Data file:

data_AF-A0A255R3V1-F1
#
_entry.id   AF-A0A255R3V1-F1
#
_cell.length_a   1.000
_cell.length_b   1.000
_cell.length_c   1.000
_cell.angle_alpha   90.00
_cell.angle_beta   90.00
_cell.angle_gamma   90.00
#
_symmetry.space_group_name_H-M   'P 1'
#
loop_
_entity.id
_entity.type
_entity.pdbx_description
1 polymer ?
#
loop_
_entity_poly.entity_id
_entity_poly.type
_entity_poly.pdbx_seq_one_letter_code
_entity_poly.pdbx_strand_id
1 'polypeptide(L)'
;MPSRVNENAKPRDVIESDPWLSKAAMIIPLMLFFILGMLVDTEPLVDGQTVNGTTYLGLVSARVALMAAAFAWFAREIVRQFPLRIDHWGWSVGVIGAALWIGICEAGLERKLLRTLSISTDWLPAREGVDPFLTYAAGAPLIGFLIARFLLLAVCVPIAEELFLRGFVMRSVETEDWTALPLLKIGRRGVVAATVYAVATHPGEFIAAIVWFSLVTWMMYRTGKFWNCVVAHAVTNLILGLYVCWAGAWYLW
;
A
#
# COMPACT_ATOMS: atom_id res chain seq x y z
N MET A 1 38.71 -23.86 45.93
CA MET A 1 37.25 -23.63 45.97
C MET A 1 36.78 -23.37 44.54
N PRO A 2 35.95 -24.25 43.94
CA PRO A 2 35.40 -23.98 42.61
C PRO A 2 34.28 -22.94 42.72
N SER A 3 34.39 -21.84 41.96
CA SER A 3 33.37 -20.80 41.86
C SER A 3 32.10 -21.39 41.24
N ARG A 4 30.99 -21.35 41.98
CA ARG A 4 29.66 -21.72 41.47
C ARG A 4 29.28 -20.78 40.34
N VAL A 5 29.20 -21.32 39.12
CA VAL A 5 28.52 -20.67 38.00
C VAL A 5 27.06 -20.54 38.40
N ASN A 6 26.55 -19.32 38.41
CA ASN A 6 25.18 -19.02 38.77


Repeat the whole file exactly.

data_AF-A0A255R3V1-F1
#
_entry.id   AF-A0A255R3V1-F1
#
_cell.length_a   1.000
_cell.length_b   1.000
_cell.length_c   1.000
_cell.angle_alpha   90.00
_cell.angle_beta   90.00
_cell.angle_gamma   90.00
#
_symmetry.space_group_name_H-M   'P 1'
#
loop_
_entity.id
_entity.type
_entity.pdbx_description
1 polymer ?
#
loop_
_entity_poly.entity_id
_entity_poly.type
_entity_poly.pdbx_seq_one_letter_code
_entity_poly.pdbx_strand_id
1 'polypeptide(L)'
;MPSRVNENAKPRDVIESDPWLSKAAMIIPLMLFFILGMLVDTEPLVDGQTVNGTTYLGLVSARVALMAAAFAWFAREIVRQFPLRIDHWGWSVGVIGAALWIGICEAGLERKLLRTLSISTDWLPAREGVDPFLTYAAGAPLIGFLIARFLLLAVCVPIAEELFLRGFVMRSVETEDWTALPLLKIGRRGVVAATVYAVATHPGEFIAAIVWFSLVTWMMYRTGKFWNCVVAHAVTNLILGLYVCWAGAWYLW
;
A
#
# COMPACT_ATOMS: atom_id res chain seq x y z
N MET A 1 38.71 -23.86 45.93
CA MET A 1 37.25 -23.63 45.97
C MET A 1 36.78 -23.37 44.54
N PRO A 2 35.95 -24.25 43.94
CA PRO A 2 35.40 -23.98 42.61
C PRO A 2 34.28 -22.94 42.72
N SER A 3 34.39 -21.84 41.96
CA SER A 3 33.37 -20.80 41.86
C SER A 3 32.10 -21.39 41.24
N ARG A 4 30.99 -21.35 41.98
CA ARG A 4 29.66 -21.72 41.47
C ARG A 4 29.28 -20.78 40.34
N VAL A 5 29.20 -21.32 39.12
CA VAL A 5 28.52 -20.67 38.00
C VAL A 5 27.06 -20.54 38.40
N ASN A 6 26.55 -19.32 38.41
CA ASN A 6 25.18 -19.02 38.77